Napoleon's Gold: A Legend of the Saint Lawrence River
"This novel is at once a page-turner and a work within which the author's musings and reflections on life, death and religion will leave the reader deeply moved."
-- Warren Roberts, Ph.D., University at Albany
"Pullyblank helps to raise the bar of Thousand Islands culture."
-- Susan Smith, Editor, www.ThousandIslandsLife.com
Electric Lake: Oneonta's Forgotten Gem
In 1954, New York State Electric & Gas ceased operations at their Oneonta, New York hydro-electric power plant and drained a 50-acre pond known affectionately to area residents as "Electric Lake." Today, as motorists speed through Oneonta on I-88, only a stream remains of this largely forgotten gem of Oneonta's past.
Oneonta in Olden Time & Bits of Oneonta History:
Arguably the most important presence in the history of Oneonta, New York, Harvey Baker was a prolific writer who contributed to several Otsego County papers throughout his life. In 1892 and 1893, he wrote a series of sixty-three articles for the Oneonta Herald, his account of how Oneonta evolved from aboriginal lands to frontier settlements, a bustling village, and eventually to a railroading powerhouse.
Cornflower's Ghost: An Historical Mystery
"... a vastly entertaining novel ... that pulls you in and keeps you thinking long after you've turned the last page ..."
-- Brian Carso Jr., Misericordia University
"... a vivid reminder that the past is always with us, and it profoundly affects how we live in the present and how we shape the future ..."
-- Paul D'Ambrosio, New York State Historical Association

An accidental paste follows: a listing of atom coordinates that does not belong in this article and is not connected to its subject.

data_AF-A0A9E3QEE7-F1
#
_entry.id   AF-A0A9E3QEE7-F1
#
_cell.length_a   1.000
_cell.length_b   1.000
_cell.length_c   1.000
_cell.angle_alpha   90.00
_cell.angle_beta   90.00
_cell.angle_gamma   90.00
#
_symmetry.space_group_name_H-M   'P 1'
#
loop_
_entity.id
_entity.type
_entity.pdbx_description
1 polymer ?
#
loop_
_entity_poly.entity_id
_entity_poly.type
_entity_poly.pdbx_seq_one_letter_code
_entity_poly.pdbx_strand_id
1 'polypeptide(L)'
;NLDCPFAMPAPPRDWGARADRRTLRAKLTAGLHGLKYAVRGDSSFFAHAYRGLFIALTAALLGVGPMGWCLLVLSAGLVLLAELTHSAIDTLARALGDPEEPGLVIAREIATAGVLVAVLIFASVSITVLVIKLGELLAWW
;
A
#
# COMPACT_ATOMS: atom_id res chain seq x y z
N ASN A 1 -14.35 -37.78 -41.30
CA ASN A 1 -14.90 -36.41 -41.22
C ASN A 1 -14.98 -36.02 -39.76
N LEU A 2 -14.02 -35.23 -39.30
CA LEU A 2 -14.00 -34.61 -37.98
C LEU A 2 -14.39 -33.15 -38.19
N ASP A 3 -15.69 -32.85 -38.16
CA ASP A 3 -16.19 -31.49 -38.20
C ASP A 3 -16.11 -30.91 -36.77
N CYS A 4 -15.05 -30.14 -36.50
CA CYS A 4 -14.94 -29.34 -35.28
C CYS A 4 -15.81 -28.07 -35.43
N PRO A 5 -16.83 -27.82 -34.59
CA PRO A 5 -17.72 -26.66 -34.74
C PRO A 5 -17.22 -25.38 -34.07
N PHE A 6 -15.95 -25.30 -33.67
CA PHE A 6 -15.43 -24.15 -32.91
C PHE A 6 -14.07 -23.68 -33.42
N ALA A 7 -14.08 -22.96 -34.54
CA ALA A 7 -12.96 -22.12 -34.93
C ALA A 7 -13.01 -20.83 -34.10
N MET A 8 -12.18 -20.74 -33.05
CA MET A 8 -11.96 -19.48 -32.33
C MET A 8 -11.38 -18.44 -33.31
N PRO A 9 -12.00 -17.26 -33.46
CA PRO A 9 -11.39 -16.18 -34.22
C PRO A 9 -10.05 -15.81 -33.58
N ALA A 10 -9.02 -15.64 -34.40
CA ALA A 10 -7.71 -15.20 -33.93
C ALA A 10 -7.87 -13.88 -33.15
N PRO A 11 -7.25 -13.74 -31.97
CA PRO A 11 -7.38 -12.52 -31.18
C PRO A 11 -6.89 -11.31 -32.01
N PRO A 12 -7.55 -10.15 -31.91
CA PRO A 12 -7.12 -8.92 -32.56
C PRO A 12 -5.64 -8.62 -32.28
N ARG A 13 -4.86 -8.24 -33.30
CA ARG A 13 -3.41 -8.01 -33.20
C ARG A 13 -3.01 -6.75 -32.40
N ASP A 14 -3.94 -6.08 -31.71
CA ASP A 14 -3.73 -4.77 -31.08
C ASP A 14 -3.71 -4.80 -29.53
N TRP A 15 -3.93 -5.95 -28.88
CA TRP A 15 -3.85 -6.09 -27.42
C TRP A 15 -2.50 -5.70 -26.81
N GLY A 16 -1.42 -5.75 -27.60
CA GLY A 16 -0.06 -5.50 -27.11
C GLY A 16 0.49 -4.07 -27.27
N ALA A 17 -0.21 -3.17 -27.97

Middlefield and the Settling of the New York Frontier: A Case Study of Development in Central New York, 1790-1865
"Reisen writes knowingly of a hundred intriguing themes ..."
-- Wayne Franklin, University of Connecticut
"... an admirable model of how to research and interpret the history of even the smallest communities ..."
-- Brian Carso Jr., Misericordia University
"... a key reference source for the study of ... upstate New York ..."
-- Harry Bradshaw Matthews, Hartwick College
Otsego Lodge No. 138, F & A. M., Cooperstown, New York:
First chartered by the Grand Lodge of Free and Accepted Masons of the State of New York in 1795, this Masonic lodge has existed for over two centuries as part of the very fabric of one of America’s most scenic and legendary villages. Reproducing three official histories not previously made available to the public and illustrated with photographs, this book was compiled with new writings and commentary by the Otsego Lodge historian, and presents a vivid portrait of the Masonic fraternity’s involvement in American community life.
My Dad is a Freemason
"... a concept that is long overdue." -- Stephen Dafoe, TheLodgeRoom.com
"The idea behind this book is great... it is a powerful idea."
-- Jim Tresner, The Scottish Rite Journal
"... explains Freemasonry really effectively in a non-threatening manner ... My friends and family thought it was the coolest thing."
-- Andrew Horn, MastersJewel.com